The Golden Globes were reduced to a footnote this year – chased from TV and their usual NBC showcase by questions about the organization’s membership and its integrity, relegated to announcing winners Sunday by Twitter and press release.
Yet the group’s choice of “The Power of the Dog” as the year’s best drama reflect what feels like a message to other award shows – a major nod to the power of streaming – as the entertainment industry wrestles with the shift away from theatrical viewing to at-home consumption, especially for prestige films.
Simply put, box-office dollars, the most obvious metric for weighing a movie’s popularity, no longer tell the whole story. And if award voters have any interest in recognizing movies that people have seen – and will thus harbor some rooting interest in the choices – the calculus needs to shift to how many watched them, not strictly how many have directly paid for the privilege.
Netflix and other streaming services don’t provide much help in issuing clear data that possesses the simplicity of perusing a box-office chart. But films like “Power of the Dog,” the slow-burn western starring Benedict Cumberbatch, and the star-studded satire “Don’t Look Up” have clearly become favorites among Netflix subscribers, producing the kind of chatter and debates in social media that televised award shows, foremost among them the upcoming Oscars, desperately need.
Media outlets, notably, have been slow to catch on to this shifting reality, a trend made significantly worse during the pandemic. The New York Times, for example, recently fretted about what sluggish box-office figures mean for award shows, in an article headlined, “The Oscars Want Crowd-Pleasers, but Where Are the Crowds?”
The “crowds,” pretty obviously, are at home, scattered from communal viewing to consume entertainment on their schedules. And that has produced “crowd-pleasers,” or at least movies that have generated buzz, just as Netflix intended when it embarked on the mission of seeking to establish its movies as credible award candidates, after growing to rival HBO in TV’s awards race.
Indeed, the only genuine “crowd-pleaser” to speak of this year, in the conventional sense, is “Spider-Man: No Way Home,” the $1-billion-plus international hit, which appears destined to join the rarefied $700-million club in terms of domestic box-office grosses occupied by “Star Wars: The Force Awakens,” “Avengers: Endgame,” “Avatar” and “Black Panther.”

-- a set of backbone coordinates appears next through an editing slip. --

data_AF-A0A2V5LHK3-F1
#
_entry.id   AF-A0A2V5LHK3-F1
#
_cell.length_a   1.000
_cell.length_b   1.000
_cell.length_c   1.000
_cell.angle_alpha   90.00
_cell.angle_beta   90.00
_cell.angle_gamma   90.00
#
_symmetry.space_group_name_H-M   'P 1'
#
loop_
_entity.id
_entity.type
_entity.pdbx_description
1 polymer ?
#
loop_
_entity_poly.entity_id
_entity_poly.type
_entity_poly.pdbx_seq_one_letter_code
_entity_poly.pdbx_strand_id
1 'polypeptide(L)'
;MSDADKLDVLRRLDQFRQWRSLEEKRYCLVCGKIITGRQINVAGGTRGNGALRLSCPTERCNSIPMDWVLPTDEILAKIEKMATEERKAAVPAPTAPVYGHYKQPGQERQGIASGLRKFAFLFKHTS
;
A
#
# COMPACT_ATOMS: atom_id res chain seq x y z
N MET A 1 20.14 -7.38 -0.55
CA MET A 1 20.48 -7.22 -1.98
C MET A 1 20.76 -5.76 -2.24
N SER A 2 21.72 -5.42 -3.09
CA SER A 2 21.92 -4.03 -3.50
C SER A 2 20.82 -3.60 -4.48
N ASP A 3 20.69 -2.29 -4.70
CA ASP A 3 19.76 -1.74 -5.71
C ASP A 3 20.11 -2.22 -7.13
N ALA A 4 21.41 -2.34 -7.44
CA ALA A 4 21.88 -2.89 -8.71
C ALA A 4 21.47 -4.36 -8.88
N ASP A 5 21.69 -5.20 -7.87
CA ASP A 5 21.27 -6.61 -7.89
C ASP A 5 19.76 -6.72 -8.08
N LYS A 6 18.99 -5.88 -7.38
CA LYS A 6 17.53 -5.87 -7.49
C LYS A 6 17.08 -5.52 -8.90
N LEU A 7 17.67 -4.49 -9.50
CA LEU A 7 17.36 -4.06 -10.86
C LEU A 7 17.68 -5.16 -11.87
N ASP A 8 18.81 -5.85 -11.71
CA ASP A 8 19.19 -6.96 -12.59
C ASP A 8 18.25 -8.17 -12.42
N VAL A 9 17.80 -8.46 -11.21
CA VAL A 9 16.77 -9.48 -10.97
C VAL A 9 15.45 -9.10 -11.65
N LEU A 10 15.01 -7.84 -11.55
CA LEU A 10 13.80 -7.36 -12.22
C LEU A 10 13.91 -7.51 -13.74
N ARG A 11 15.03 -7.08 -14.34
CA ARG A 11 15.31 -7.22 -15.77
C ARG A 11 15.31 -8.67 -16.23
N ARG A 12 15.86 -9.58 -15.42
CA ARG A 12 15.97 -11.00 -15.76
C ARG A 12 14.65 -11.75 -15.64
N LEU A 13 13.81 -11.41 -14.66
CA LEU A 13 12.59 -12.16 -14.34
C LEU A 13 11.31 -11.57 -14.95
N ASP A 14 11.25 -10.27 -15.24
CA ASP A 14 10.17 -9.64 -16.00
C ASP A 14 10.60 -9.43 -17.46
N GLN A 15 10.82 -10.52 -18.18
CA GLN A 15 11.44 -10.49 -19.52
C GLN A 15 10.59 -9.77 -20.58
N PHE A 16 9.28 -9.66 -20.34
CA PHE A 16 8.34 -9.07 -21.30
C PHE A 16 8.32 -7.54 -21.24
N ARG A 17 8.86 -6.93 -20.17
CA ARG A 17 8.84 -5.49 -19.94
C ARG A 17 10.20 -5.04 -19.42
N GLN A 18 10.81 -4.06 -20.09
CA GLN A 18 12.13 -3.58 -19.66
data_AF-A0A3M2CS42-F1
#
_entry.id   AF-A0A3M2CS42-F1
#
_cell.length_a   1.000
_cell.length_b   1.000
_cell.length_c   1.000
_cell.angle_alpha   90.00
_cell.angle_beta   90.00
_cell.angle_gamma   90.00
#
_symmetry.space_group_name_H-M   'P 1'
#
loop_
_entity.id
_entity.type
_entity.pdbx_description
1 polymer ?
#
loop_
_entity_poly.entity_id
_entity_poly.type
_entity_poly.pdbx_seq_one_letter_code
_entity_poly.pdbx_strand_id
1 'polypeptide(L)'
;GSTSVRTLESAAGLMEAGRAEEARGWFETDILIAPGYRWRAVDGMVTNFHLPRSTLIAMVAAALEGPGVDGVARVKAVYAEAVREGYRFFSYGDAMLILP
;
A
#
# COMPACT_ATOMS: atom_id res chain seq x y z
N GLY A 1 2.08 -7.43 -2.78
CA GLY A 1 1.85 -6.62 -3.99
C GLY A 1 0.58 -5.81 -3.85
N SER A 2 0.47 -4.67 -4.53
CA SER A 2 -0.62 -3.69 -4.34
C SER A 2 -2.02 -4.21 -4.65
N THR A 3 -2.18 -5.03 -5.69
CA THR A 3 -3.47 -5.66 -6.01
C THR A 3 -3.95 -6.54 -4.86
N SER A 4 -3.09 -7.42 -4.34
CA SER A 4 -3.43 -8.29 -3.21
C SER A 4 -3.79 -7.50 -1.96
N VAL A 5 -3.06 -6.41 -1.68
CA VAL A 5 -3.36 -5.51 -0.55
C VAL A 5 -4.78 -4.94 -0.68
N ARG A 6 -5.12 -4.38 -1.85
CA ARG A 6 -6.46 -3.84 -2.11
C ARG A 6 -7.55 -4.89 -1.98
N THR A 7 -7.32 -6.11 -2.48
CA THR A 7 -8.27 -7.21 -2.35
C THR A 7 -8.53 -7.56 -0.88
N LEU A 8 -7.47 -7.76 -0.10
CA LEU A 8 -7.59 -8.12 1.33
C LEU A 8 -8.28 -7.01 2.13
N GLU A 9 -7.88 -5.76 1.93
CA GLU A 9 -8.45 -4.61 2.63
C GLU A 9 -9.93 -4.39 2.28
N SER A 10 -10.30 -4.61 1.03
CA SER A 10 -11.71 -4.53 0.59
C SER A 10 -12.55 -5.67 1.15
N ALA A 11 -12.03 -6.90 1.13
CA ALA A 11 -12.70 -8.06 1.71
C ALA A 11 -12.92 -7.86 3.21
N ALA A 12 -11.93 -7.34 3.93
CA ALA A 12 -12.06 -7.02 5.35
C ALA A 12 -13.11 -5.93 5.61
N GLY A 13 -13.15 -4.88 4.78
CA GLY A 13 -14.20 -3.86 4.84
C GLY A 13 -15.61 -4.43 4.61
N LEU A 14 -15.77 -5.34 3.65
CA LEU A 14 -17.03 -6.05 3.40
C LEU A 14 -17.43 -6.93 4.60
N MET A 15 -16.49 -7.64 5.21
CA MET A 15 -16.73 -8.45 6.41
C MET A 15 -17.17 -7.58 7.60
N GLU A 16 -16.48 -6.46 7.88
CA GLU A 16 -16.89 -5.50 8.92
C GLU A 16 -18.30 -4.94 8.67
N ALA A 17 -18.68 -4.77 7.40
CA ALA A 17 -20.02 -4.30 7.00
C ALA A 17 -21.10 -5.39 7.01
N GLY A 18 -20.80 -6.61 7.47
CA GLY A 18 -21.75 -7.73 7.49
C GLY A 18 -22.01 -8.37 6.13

After flirting in 2018 with introducing a “popular film” category to bring such blockbusters into the Oscar ceremony, the Academy of Motion Picture Arts and Sciences took the next best step, expanding the field of best-picture contenders to 10, theoretically opening up slots for more widely-seen movies.
Such plans don’t always work out, but with “Spider-Man” propping up the theatrical movie business almost single-handedly, if ever there was a year to invite a superhero to Hollywood’s biggest party, it’s this one.
Otherwise, the power in this year’s awards race resides in movies that have made a splash in streaming, including others that notched significant Globes wins: Amazon’s “Being the Ricardos” for star Nicole Kidman, Will Smith in “King Richard” (which surely fared better on HBO Max than it did at the box office), and Andrew Garfield for his role in Netflix’s musical “Tick, Tick … Boom!”
Whether that math persists forever is unknown, but for now, “The Power of the Dog” is the sort of “hit,” however fuzzy the streaming data, which could help bring additional sizzle to an awards system challenged on multiple fronts.
The Golden Globes have been a mess, and the Hollywood Foreign Press Association that presents them remains enmeshed in the process of cleaning up its collective act. Nevertheless, in assembling their nominees and winners for 2022, they seem to have embraced a reality that much of Hollywood has been slow – and perhaps understandably reluctant – to grasp.